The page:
There's also an assumption that you've become pretty savvy with your tools, especially in Rush where you have to quickly coordinate with your fellow Luigis and find the hidden hatch or it's game over. Teamwork is essential here, whereas you can mostly get away with being a lone wolf in the other modes, wandering off to try catch the most ghosts to snag those all important end-of-level bonuses. Single cart download play also features, which is an absolute boon if you've got friends who haven't yet bothered to buy a copy.

But they really, really should. Luigi's Mansion 2 is a joy, showcasing a love for characterisation and wonderful attention to detail that gives the game an inimitable personality. It never outstretches the limitations of the 3DS, but continuously proves the system's lofty capabilities. Its few minor missteps don't manage to detract from what is one of the best games on the handheld. If Luigi was a cockier guy, he'd be bragging like Mario, but we all know that's not his style, and we're luckier for it.

Completed single-player on normal difficulty in 15 hours. Played multiplayer for around 2/3 hours.

9 / 10

  • Great control scheme
  • Brimming with character
  • Loads of stuff to find
  • Abrupt level endings, lack of checkpoints

Click above for enlarged Luigi's Mansion 2 Screenshots


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User Comments

munkee's Avatar



I would love to see Wave Race return on the 3DS. I used to spend hours on that, not even racing. Just riding the tides.


Castlevania is well worth your time as well :) I'm wondering if MercurySteam might get Nintendo approaching them with the Metroid license after this.


I'm wondering if the 3DS is going to be competition for the Nextbox/PS4 ;P
Posted 13:45 on 22 March 2013
MJTH's Avatar

MJTH@ Endless

I think of this game helps to speak volumes of how well Nintendo can turn around a console. When comparing the point the Wii U is at right now, with where the 3DS was at, at this point in it's life, people thought it would be dead by now, or at least killed off by the vita. 2 years later, it's probably one of the freshest console on the market at the moment.

Having said that nextbox and PS4 will be much stiffer competition for Wii U in a sense.
Posted 13:09 on 22 March 2013
Jam_Sponge's Avatar


First Nintendo game in ages I've been really excited about. Torn between this and Castlevania, now! Time to find that flipping 3DS...
Posted 13:06 on 22 March 2013
EverTheOptimist's Avatar

EverTheOptimist@ Endless

I'm glad I wasn't the only one who thought this was for the Wii U!
Posted 12:57 on 22 March 2013

pblive@ Endless

Luigi's mansion was a launch Gamecube title, not Wii.

The Gamecube had, in my opinion, one of the strongest launch line-ups of all time; Luigi's Mansion, Star Wars Rogue Leader, Super Monkey Ball and Wave Race.
Posted 12:51 on 22 March 2013
Endless's Avatar


I clicked on this review from the home page slider and if the review hadn't mentioned it was on the 3DS I probably would have never known. My initial reaction was: "Oh cool, a decent first party Wii U title to finally show us what it can do" So i'm not sure if this speaks volumes as to how good the 3DS has become and yet the average non-follower-of-3ds has become unaware and jaded of it's progress, or how much is expected of the Wii U and badly it is progressing :| Someone really needs to teach Nintendo how to market things, at least from my perspective.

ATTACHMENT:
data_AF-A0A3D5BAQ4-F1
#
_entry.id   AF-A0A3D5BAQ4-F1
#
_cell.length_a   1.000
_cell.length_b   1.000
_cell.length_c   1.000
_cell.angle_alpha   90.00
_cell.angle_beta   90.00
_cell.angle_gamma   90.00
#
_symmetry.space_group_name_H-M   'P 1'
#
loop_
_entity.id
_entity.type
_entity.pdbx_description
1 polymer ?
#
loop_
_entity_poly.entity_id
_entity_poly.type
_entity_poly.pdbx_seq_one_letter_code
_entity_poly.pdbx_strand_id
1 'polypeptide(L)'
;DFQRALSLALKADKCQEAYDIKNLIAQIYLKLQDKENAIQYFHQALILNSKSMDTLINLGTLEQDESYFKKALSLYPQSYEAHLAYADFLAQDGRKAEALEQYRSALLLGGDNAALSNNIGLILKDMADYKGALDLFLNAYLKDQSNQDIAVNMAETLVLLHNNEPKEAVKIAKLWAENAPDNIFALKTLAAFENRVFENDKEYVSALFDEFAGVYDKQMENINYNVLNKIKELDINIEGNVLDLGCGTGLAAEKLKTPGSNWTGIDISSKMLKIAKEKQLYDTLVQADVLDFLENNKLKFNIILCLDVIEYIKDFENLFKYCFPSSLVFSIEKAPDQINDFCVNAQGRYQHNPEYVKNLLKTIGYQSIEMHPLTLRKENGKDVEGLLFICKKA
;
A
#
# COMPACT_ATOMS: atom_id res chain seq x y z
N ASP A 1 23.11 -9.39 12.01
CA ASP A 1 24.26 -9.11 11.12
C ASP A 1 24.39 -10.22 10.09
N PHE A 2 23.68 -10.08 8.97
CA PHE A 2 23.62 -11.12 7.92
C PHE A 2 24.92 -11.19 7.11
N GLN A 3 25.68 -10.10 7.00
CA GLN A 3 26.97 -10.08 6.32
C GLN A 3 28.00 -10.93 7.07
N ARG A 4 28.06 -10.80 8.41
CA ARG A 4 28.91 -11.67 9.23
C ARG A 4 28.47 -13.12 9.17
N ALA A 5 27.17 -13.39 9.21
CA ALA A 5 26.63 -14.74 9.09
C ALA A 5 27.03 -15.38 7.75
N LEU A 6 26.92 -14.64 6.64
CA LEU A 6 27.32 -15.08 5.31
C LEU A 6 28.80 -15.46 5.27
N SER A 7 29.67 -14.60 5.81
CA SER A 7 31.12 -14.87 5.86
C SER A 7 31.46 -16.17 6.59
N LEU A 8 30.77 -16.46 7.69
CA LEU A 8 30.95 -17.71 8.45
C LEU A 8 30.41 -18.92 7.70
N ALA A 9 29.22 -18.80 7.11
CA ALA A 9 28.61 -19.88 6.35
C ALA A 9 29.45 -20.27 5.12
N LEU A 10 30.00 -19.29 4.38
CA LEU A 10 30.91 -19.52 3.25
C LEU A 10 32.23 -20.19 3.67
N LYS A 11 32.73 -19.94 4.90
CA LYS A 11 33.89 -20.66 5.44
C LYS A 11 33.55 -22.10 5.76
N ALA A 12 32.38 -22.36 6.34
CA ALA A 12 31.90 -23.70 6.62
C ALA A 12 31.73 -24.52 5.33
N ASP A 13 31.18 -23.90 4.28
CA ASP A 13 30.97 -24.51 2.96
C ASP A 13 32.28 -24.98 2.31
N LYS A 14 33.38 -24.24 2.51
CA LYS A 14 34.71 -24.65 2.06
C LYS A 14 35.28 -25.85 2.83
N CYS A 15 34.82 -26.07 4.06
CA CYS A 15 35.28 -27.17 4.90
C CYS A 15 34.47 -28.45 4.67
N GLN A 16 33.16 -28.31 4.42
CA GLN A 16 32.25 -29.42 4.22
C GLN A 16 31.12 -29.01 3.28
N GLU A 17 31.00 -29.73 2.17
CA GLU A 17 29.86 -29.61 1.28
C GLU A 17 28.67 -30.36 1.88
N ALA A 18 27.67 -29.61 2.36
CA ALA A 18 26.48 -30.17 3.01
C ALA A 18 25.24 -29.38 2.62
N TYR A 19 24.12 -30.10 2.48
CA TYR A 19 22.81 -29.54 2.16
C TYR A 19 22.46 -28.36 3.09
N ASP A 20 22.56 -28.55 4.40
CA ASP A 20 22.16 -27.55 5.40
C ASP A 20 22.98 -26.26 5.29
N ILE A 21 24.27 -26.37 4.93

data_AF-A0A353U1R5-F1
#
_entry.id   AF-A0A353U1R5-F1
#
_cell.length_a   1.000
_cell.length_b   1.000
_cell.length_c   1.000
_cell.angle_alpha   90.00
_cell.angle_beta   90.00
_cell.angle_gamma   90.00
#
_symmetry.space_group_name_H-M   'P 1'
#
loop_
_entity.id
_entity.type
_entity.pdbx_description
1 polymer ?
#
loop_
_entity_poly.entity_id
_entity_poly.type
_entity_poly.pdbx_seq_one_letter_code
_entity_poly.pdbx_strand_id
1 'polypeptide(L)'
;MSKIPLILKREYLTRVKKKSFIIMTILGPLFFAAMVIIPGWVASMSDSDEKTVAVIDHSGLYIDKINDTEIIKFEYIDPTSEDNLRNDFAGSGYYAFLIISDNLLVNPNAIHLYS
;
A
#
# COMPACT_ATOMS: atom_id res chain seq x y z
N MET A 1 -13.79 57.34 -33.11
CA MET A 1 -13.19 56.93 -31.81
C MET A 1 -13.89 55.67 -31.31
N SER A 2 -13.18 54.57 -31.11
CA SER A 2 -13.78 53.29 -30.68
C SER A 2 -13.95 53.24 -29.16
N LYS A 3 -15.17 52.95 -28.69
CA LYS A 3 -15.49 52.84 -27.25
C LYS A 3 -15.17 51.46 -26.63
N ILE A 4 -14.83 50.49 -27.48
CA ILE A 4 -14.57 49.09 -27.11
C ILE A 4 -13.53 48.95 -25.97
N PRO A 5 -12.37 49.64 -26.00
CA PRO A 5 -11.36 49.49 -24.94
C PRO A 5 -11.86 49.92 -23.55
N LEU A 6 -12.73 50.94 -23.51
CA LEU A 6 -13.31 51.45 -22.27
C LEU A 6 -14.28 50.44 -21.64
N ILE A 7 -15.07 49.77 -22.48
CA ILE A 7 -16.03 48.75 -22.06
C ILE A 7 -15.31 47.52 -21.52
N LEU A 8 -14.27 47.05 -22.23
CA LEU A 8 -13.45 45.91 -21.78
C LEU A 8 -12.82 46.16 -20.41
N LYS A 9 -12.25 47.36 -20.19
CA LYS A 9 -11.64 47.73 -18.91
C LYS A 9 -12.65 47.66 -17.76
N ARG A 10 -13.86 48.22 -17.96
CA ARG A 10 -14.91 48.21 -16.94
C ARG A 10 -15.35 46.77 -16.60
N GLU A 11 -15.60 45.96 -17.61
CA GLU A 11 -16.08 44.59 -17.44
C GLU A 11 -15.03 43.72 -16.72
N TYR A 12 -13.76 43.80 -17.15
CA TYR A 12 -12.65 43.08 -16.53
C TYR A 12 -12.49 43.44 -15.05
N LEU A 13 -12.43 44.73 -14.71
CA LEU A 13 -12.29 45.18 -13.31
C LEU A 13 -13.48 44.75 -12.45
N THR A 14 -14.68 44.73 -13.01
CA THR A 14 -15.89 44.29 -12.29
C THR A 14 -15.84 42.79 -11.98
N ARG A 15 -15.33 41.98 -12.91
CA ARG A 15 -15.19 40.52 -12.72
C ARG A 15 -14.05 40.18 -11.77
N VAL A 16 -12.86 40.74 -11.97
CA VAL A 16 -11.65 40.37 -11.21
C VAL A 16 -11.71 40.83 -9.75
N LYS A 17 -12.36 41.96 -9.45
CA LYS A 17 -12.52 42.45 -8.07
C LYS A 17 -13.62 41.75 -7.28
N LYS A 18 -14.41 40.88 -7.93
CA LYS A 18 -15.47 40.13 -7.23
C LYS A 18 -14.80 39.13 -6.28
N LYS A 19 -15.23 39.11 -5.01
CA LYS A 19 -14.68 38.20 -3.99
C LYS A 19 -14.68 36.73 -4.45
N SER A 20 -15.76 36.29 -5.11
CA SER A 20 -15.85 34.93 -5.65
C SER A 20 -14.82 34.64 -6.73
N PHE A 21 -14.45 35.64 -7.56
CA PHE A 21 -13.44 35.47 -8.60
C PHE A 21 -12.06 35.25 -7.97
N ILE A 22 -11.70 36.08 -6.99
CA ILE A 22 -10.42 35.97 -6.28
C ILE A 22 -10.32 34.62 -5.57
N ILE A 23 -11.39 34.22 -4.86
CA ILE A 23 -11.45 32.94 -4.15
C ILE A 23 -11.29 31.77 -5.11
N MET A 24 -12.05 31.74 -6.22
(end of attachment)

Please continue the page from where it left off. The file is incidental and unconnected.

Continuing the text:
Either way I actually really liked the first Luigi's mansion. Being one of the few titles on the Wii that was worth playing in it's first year, it's one of two memorable moments, Twilight princess was the other, I have from being an early adopter of the Wii. So assuming Luigi's mansion 2 it's everything and an improvement on the original it should be excellent :)

Also, having more personality than Mario wouldn't exactly be a tough act now would it, lets be fair; Aside from "ah haaaa!" and "oooooohhhh" and the odd wink he's pretty much a zombie :P I always preferred Luigi! :)
Posted 12:47 on 22 March 2013
munkee's Avatar

munkee@ samwrite

Yeah, I can imagine that happening. Those wily ghosts ;)
Posted 20:32 on 21 March 2013
samwrite's Avatar

samwrite@ munkee

Hey munkee. I have an XL. The sweet spot issue wasn't hugely prevalent, and only really became noticeable when you're tugging against ghosts left right and centre. For the most part, the 3D looks great.
Posted 20:05 on 21 March 2013
MJTH's Avatar


Of course. Of all the games I was on the fence on last year, this was the one I told my self not to buy. Just like kid icuras I'll miss out another great game until much later.

Oh well, at least I know I have games that can pick so day and know I'll have a good time with. Nice review :)
Posted 19:42 on 21 March 2013


My next 3DS game for sure.
Posted 19:25 on 21 March 2013
munkee's Avatar


Good stuff. I've been in two minds about this for a while and its good to see positive reviews coming in. 3DS seems to be hitting all the right notes at the moment.

I'll probably finish off the excellent Castlevania this weekend and pick up Luigis Mansion next week :)

Out of interest
The 3D effect is also impressive, although retaining that 'sweet spot' can be difficult when battling a handful of spectral nuisances.
Was this on a standard 3DS, or XL. I sold my standard not long after release because of this sweet spot issue. But, I rarely have an issue on my XL.
Posted 19:24 on 21 March 2013
Wido's Avatar


Good review. Damn! I won't be able to get this for a long time yet. Setting up my own business etc is taking my time plus money.
Posted 19:08 on 21 March 2013


Hooray, this is tip top news. Was really hoping this would be good.

Cracking review.
Posted 18:35 on 21 March 2013

Game Stats

Luigi's Mansion 2
Out of 10
Luigi's Mansion 2
  • Great control scheme
  • Brimming with character
  • Loads of stuff to find
  • Abrupt level endings, lack of checkpoints
Agree? Disagree? Get Involved!
Release Date: 28/03/2013
Platform: 3DS
Developer: Next Level Games
Publisher: Nintendo
Genre: Platformer
Rating: PEGI 7+
Site Rank: 3,582 1003